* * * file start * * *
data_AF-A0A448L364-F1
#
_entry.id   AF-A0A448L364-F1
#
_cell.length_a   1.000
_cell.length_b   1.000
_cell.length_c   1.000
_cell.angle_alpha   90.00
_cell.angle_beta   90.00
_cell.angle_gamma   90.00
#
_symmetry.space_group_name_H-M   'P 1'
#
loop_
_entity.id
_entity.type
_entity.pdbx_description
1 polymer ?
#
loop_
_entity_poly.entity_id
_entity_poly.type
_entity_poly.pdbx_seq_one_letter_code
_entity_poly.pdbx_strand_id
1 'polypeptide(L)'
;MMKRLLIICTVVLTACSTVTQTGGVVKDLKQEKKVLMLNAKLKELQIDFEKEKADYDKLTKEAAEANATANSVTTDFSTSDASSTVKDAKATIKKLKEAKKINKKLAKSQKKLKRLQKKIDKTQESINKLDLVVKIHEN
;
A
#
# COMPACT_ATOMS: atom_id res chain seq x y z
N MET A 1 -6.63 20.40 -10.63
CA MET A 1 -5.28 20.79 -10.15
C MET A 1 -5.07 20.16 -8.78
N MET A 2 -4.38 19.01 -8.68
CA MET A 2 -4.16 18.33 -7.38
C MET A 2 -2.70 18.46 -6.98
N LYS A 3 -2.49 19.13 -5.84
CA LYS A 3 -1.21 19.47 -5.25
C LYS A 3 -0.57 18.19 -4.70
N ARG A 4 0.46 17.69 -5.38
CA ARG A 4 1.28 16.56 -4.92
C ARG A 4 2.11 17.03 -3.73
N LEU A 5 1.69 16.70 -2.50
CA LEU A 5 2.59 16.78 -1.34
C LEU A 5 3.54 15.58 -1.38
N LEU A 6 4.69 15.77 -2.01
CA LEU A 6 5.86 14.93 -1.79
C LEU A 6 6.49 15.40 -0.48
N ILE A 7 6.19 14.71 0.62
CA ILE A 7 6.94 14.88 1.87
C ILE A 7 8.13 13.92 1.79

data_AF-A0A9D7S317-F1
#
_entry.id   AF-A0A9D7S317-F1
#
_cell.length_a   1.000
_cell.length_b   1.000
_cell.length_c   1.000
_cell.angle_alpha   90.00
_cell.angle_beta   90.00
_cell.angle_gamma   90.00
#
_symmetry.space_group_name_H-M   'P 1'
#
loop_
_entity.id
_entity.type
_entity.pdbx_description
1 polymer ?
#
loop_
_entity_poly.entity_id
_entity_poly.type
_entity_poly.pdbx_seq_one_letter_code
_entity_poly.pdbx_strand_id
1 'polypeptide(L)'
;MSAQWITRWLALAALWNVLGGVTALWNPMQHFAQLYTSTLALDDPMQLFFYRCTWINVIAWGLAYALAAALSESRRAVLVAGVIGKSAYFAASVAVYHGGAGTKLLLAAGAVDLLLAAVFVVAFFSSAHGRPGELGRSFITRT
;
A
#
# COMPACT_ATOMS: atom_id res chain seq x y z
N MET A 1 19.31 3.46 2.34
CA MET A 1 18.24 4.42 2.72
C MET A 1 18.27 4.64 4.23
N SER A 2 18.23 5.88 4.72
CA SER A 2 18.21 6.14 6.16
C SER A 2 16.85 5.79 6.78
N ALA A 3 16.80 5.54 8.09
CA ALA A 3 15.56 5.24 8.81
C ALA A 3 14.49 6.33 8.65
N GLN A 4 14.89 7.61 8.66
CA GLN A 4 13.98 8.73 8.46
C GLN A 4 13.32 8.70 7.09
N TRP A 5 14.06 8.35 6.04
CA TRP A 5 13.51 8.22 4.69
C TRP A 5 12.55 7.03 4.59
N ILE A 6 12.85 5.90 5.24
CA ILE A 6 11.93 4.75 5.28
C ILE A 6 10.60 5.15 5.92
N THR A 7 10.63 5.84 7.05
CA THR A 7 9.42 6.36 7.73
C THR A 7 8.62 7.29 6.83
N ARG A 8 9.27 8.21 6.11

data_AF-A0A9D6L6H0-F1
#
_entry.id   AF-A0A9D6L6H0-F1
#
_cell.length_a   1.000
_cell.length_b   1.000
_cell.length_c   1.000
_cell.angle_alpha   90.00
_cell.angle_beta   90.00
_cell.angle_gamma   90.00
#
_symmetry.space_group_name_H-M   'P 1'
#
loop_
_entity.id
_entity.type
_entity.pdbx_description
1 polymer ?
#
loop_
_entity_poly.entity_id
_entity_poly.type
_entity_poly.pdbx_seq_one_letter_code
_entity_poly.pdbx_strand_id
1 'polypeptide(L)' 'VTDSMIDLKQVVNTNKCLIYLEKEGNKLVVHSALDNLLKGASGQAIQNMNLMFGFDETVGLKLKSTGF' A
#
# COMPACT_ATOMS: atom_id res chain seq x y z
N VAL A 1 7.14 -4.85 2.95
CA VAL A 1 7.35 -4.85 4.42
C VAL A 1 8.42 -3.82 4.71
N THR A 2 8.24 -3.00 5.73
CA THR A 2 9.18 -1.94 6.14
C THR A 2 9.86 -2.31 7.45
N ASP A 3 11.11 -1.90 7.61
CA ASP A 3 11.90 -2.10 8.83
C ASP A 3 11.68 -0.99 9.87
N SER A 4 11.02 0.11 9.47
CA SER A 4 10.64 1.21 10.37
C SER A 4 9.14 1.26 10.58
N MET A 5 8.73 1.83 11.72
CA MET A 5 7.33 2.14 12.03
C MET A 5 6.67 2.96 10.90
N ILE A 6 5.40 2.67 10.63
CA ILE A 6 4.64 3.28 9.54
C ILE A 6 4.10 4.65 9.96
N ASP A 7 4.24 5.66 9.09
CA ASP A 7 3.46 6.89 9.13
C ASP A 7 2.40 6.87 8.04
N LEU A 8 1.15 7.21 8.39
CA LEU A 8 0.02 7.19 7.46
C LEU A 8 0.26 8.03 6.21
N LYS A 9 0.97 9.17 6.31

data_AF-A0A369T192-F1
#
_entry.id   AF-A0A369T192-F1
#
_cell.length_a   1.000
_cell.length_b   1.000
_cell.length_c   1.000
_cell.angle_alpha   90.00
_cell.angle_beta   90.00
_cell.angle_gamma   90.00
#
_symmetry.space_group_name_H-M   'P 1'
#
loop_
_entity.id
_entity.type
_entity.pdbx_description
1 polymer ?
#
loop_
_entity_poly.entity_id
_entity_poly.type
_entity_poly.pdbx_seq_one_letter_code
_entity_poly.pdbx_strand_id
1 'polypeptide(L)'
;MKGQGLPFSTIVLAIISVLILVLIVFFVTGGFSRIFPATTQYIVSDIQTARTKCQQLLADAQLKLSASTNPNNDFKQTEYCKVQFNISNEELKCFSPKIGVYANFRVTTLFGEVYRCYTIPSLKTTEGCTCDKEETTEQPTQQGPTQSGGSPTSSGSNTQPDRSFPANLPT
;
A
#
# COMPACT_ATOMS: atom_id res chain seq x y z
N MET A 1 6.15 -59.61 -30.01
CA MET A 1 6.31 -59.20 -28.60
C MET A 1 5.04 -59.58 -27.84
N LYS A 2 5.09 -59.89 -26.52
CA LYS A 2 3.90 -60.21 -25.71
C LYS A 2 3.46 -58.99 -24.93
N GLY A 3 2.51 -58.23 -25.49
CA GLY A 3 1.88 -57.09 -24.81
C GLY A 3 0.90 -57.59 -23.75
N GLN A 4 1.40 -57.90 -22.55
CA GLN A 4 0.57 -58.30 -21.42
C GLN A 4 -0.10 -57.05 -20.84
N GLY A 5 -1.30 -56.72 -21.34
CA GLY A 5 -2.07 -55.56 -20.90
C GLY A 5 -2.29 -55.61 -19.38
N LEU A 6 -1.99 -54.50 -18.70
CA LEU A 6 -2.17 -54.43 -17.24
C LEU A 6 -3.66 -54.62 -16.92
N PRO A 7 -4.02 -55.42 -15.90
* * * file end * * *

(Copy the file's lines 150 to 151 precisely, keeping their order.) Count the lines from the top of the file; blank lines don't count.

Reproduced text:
CA ASP A 7 3.46 6.89 9.13
C ASP A 7 2.40 6.87 8.04